Water power. Our ancestors, those stalwart souls who headed off into the wilderness to build new settlements, depended on it. They dammed streams and rivers to power the mills that were essential to those early, self-sufficient communities. The flowing water sawed their lumber and ground their grain, and, once the land had been cleared for farming, even kept their milk and cheese cool in hot weather. Mill ponds provided fishing in summer and ice skating in winter.
By 1840, Americans had built more than 31,000 sawmills (the first water powered sawmill in the New World was built in York, Maine, in 1623), and there were as many or more grist mills besides. When driving around old communities today, you can see road names like Gristmill Lane and Mill Street, which are often the only traces left of those old mills.
One of these old mills has recently been restored to its late-1800s working order. The Robinson Mill, built in 1803 in Calais, Vermont, still uses water power to saw lumber – one of the few in the region that can. Elliott Morse, the four-times great-grandson of Joel Robinson, the builder of the mill, was the driving force behind the restoration. Morse says that Robinson made the trek from Rehoboth, Massachusetts, to Calais in 1792 to buy a tract of land that was available for payment of back taxes – only 15 shillings, or $2.50 in that era’s dollars.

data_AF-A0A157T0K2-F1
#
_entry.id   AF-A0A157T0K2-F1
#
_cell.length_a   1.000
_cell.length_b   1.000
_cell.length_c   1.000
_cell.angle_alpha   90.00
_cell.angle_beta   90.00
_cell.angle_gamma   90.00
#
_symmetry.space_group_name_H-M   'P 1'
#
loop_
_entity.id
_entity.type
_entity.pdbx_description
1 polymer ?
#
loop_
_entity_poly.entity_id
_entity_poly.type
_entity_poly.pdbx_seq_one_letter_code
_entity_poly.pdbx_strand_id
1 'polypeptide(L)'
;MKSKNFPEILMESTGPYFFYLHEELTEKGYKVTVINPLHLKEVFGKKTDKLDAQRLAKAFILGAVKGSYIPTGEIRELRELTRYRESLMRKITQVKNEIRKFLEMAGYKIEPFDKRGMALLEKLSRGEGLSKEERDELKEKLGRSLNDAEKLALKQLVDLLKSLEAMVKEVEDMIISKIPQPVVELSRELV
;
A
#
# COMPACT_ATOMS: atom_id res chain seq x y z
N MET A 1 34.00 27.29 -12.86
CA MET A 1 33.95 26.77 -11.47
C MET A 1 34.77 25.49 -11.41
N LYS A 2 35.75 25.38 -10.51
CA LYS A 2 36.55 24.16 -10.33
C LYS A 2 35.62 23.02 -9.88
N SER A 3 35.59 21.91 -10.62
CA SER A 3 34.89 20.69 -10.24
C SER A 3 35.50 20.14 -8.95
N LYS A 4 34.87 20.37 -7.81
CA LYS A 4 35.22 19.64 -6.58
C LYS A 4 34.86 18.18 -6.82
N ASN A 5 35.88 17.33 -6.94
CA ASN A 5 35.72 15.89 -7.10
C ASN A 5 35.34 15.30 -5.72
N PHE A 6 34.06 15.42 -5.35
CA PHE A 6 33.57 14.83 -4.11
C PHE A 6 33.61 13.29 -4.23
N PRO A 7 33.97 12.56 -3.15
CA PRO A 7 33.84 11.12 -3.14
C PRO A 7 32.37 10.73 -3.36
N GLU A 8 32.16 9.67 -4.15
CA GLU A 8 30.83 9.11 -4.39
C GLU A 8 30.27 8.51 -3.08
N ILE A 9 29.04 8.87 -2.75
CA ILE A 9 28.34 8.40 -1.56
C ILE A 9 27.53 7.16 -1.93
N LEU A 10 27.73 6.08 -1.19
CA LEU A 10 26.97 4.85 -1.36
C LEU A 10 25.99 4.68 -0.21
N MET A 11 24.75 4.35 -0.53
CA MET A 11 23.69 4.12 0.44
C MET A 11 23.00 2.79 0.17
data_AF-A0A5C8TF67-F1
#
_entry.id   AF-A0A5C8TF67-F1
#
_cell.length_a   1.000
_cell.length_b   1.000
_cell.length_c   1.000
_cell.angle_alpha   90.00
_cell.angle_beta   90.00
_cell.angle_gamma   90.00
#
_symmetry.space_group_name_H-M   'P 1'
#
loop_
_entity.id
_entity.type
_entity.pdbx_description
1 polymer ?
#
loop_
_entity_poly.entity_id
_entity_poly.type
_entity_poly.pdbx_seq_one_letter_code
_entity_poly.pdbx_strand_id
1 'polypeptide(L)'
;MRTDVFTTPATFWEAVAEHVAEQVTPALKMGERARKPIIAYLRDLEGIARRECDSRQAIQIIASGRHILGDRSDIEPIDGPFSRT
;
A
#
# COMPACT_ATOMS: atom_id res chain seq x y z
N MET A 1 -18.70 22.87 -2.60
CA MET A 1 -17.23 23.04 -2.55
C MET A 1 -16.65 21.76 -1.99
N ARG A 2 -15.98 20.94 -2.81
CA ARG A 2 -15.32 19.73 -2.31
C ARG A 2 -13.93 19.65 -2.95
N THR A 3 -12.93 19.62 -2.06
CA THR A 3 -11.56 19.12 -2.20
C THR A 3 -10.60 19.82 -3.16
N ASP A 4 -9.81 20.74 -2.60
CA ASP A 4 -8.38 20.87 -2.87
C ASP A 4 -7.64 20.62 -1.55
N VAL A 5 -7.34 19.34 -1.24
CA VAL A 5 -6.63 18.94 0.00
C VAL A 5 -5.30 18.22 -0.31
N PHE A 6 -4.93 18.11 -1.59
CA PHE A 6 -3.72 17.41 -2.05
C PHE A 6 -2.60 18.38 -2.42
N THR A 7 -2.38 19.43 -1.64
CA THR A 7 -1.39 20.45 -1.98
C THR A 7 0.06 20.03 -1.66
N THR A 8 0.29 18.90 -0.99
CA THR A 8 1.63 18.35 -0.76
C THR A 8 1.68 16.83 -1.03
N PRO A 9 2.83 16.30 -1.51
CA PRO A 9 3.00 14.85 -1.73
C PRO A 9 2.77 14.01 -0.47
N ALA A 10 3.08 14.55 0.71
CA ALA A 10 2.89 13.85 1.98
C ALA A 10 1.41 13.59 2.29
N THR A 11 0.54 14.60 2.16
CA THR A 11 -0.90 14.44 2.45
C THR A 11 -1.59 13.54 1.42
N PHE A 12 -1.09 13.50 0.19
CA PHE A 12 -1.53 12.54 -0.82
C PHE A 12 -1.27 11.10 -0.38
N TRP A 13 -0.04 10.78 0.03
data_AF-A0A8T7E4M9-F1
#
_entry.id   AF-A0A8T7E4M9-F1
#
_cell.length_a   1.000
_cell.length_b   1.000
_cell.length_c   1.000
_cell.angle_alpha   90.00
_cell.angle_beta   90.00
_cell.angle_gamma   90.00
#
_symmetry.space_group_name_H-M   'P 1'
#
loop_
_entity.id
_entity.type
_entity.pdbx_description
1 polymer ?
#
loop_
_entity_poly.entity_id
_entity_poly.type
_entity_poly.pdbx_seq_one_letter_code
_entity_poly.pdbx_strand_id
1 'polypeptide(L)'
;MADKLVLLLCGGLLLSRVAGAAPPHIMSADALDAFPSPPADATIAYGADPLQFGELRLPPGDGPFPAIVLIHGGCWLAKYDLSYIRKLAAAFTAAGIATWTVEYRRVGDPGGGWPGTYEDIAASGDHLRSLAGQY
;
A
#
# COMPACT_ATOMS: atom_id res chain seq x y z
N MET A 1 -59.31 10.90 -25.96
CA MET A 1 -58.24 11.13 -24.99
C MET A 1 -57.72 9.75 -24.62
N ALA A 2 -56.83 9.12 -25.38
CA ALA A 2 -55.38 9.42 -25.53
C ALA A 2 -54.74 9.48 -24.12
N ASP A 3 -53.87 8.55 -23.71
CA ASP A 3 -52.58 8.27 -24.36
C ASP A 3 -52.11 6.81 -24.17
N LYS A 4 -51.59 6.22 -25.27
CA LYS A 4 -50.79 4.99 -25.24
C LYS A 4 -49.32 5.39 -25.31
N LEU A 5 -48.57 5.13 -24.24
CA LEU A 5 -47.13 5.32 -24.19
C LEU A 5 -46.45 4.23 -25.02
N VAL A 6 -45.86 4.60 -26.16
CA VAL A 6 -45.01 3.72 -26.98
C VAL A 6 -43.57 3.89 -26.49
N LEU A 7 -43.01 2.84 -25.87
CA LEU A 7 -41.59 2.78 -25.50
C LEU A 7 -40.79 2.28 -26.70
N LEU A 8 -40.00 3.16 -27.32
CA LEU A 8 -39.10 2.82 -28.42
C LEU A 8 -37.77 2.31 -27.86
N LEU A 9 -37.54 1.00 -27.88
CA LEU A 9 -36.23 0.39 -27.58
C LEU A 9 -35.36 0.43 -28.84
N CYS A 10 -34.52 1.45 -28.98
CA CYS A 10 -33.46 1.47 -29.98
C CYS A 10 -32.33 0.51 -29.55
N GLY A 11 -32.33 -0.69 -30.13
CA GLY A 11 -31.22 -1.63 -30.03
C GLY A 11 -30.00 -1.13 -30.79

Mills were the center of commerce in those days, and roads tended to converge near them. The Robinson Mill is just down the road from Kent’s Corner, which became an important crossroads – for awhile. It was a stop on the Boston-to-Montreal stagecoach route. However, with the advent of railroads, the Corner declined as a center of commerce, though many of its old houses and barns, built with lumber from the mill, still exist. The Robinson Mill retains most of its original post-and-beam timbers, showing their hand-hewn adze marks.